SARATOGA SPRINGS — Cannons roared, ballet dancers thrilled and the Philadelphia Orchestra in splendid form gave a massive crowd magic to open the orchestra’s 51st season on Wednesday at the Saratoga Performing Arts Center. It was a perfect moonlit night and the wildly enthusiastic crowd cheered and whistled its approval at every opportunity.
After a rousing “The Star Spangled Banner,” which many in the crowd sang, conductor Stephane Deneve led the strings in the beautifully serene Andante cantabile movement from Tchaikovsky’s String Quartet in D Major that Leopold Stokowski had arranged. The strings spun out their sound like silken threads in perfect balance. Dynamics were at a delicate level and phrasing was lovingly made. It was exquisite playing.
Selections from Tchaikovsky’s “The Nutcracker Suite” were exuberant and light as air. Deneve set brisk tempos, got seamless ensemble work and lots of flair. Then New York City Ballet principal dancers Ashley Bouder and Andrew Veyette danced the pas de deux from Tchaikovsky’s “The Sleeping Beauty.” Their precision, matchless control and elegance were spellbinding. Seeing them work so close to the crowd on the extended stage in front of the orchestra allowed people to see the skills required to make it all seem effortless.
A selection from Mussorgsky’s “Boris Godunov” also arranged by Stokowski showed off the orchestra in all its colorful glory and expertise. And Tchaikovsky’s “Solemn Overture, 1812” sounded fresh in Deneve’s hands. The crowd jumped to its feet. Fireworks gave a smashing finale.
On Thursday, the crowd was smaller but no less vocal for an all-Russian program and the sensational SPAC debut of 23-year old pianist Conrad Tao. There were plenty of fireworks to go around. Deneve first led the orchestra in a rocket blast reading of Glinka’s Overture to “Ruslan and Lyudmila,” which was characterized by tight phrasing, taut rhythms and melodies that floated.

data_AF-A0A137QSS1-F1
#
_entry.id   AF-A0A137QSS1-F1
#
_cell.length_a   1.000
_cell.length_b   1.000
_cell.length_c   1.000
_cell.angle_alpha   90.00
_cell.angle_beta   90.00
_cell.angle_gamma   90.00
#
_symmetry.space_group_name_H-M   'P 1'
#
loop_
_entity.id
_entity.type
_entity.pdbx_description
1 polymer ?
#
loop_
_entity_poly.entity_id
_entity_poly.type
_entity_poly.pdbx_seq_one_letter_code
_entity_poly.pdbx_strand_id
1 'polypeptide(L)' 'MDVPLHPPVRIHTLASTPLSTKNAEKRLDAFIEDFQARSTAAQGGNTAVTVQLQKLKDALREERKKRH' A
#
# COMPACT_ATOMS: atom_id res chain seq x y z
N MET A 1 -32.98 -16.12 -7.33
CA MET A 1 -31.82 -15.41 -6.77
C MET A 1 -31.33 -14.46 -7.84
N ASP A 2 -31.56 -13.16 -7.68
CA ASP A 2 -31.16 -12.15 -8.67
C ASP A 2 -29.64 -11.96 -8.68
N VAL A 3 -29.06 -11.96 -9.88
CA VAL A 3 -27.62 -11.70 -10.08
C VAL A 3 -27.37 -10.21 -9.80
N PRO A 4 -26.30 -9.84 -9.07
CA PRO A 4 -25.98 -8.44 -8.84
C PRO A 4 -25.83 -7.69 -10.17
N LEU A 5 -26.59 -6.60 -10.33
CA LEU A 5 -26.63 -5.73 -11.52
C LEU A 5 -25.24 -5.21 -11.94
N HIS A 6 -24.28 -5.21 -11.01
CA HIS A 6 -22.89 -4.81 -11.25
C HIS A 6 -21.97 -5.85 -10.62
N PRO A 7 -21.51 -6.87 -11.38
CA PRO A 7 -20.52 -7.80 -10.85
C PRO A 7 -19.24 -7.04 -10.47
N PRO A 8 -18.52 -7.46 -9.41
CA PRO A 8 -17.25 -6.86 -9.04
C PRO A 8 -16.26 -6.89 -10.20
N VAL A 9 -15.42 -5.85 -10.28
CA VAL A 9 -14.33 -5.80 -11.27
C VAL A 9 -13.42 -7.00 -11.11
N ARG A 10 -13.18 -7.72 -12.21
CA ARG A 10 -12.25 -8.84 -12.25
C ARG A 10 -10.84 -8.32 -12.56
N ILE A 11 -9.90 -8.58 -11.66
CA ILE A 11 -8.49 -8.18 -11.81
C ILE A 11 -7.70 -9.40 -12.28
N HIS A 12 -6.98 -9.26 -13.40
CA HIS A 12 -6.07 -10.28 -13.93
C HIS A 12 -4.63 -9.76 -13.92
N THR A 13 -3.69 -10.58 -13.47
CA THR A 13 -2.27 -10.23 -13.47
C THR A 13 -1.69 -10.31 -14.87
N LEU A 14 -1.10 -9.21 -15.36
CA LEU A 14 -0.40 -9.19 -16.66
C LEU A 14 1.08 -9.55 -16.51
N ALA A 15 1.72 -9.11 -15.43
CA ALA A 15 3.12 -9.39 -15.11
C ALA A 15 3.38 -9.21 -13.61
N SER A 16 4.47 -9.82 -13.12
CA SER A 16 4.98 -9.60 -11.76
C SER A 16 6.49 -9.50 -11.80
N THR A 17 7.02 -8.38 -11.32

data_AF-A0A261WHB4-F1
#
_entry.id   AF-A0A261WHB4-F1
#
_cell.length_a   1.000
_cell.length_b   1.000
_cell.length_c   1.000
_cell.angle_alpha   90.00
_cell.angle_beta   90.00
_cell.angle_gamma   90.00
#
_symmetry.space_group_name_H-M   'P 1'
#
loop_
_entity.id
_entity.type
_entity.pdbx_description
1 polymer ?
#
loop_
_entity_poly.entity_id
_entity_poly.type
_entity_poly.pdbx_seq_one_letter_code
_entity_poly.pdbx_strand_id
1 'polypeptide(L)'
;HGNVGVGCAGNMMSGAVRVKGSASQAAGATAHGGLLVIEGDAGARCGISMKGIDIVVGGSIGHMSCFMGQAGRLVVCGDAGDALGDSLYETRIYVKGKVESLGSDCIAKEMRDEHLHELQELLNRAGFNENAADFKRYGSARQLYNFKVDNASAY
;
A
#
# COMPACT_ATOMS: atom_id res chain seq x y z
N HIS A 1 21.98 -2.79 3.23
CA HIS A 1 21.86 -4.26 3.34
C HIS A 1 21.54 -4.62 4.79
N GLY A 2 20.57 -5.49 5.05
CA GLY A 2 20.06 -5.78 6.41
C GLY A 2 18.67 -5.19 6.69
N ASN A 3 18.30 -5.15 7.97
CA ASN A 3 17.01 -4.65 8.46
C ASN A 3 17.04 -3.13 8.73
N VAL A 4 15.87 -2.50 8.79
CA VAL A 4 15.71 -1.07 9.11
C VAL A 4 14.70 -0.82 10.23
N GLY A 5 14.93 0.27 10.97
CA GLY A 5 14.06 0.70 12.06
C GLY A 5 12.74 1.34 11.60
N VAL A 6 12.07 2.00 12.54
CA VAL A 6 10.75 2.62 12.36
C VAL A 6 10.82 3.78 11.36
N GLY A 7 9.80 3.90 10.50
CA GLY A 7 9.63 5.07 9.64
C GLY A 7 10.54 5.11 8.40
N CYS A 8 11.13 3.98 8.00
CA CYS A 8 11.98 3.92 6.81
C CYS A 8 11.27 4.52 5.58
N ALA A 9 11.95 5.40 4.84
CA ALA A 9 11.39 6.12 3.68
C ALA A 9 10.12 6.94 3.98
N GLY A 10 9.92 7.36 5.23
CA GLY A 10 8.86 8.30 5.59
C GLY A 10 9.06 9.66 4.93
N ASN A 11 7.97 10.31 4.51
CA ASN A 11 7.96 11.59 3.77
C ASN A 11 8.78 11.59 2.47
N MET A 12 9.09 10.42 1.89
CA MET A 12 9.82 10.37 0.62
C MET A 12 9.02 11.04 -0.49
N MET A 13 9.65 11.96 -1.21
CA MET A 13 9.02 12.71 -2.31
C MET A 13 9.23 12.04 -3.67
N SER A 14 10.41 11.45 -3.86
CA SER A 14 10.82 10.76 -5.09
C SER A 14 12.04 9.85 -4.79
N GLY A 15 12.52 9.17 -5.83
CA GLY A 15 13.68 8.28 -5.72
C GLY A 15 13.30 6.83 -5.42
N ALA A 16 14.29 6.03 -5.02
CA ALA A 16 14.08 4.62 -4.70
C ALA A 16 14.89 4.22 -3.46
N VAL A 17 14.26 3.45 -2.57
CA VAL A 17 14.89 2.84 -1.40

Tao came out to play Rachmaninoff’s Piano Concerto No. 2. One of the great warhorses of the solo repertoire, Tao gave it an edge-of-your seat performance. A physical performer, he was rapt, passionate and intense, yet his strong sense of structure allowed him to push and pull at the phrases to create an almost rhapsodic interpretation. His playing inspired the orchestra and Deneve allowed them to dwell more on those gorgeous melodies. Tao’s brilliantly electric technique, the wide range of dynamic levels all made the work sound new.
The crowd went wild and got an encore: Scarlatti’s Sonata in A Major, K. 208, a spare, slow, melancholy piece that also got a standing ovation.
Shostakovich’s Symphony No. 5 (1937), a work that saved the composer’s career, was accompanied appropriately here by thunder and lightning. The orchestra performed magnificently. Haunting melodies, huge climaxes, big brassy bold moments, anguish, irony, a memorable slow searching movement that ends with hope, and a finale that moves from splashy bravura to ominous voices before it builds to glory, all transfixed the crowd. Applause and cheers were long and loud.
Friday the Russian Festival wraps up with “Cirque de la Symphonie” and Saturday it’s the film “E.T. The Extra-Terrestrial” with Deneve conducting.